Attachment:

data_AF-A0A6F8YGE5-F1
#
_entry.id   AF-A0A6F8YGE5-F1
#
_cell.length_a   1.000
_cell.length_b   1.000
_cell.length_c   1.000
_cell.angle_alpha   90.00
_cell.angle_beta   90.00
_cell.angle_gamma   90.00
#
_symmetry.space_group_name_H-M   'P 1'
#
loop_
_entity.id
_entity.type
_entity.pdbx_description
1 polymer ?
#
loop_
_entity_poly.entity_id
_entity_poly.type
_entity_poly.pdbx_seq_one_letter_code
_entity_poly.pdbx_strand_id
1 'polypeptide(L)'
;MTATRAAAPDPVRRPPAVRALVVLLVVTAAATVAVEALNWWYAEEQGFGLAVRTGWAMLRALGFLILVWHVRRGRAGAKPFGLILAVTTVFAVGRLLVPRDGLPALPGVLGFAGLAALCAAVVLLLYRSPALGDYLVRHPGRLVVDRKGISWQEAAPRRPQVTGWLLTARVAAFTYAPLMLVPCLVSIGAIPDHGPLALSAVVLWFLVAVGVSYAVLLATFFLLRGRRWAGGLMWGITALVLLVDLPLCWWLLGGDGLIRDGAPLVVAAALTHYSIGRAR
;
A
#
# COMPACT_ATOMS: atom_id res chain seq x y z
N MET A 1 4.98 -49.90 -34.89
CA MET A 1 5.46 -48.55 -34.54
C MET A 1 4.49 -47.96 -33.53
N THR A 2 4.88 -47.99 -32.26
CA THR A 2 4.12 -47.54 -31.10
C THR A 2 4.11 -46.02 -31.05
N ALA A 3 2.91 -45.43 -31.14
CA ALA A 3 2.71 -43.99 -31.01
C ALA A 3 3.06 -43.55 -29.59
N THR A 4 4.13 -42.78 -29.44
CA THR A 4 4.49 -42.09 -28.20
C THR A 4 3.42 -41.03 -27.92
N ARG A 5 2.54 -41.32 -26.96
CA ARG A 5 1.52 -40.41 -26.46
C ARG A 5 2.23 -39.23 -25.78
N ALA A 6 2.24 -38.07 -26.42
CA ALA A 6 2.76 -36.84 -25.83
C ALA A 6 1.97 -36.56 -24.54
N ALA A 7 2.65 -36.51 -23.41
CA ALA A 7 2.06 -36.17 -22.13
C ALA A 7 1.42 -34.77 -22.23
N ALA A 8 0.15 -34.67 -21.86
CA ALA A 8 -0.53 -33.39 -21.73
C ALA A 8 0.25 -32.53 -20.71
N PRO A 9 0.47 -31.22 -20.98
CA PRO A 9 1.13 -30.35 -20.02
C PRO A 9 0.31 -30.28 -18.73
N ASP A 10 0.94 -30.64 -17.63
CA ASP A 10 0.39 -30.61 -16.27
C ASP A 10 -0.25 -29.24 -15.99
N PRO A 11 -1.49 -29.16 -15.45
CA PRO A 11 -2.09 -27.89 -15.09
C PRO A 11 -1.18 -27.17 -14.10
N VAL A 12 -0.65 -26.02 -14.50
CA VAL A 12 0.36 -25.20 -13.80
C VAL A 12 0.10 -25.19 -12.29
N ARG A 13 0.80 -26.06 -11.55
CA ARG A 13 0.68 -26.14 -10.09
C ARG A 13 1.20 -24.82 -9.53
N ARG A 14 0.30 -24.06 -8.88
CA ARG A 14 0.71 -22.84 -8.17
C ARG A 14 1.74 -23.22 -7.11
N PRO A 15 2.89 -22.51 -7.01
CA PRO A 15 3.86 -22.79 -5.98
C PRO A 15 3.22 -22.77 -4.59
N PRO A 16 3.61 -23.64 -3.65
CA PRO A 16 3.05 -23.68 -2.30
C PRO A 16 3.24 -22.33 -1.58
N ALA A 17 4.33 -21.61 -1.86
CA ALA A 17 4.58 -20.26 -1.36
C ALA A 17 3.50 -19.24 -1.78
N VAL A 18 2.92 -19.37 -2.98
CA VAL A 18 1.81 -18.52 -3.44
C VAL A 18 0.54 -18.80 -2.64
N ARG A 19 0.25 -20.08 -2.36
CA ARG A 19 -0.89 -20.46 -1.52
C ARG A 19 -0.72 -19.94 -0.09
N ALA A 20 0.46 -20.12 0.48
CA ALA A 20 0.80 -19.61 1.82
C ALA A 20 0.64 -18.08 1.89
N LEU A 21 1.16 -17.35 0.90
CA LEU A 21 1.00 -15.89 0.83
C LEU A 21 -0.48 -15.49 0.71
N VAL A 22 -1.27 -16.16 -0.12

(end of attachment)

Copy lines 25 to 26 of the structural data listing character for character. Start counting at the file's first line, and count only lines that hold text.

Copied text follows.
1 'polypeptide(L)'
;MTATRAAAPDPVRRPPAVRALVVLLVVTAAATVAVEALNWWYAEEQGFGLAVRTGWAMLRALGFLILVWHVRRGRAGAKPFGLILAVTTVFAVGRLLVPRDGLPALPGVLGFAGLAALCAAVVLLLYRSPALGDYLVRHPGRLVVDRKGISWQEAAPRRPQVTGWLLTARVAAFTYAPLMLVPCLVSIGAIPDHGPLALSAVVLWFLVAVGVSYAVLLATFFLLRGRRWAGGLMWGITALVLLVDLPLCWWLLGGDGLIRDGAPLVVAAALTHYSIGRAR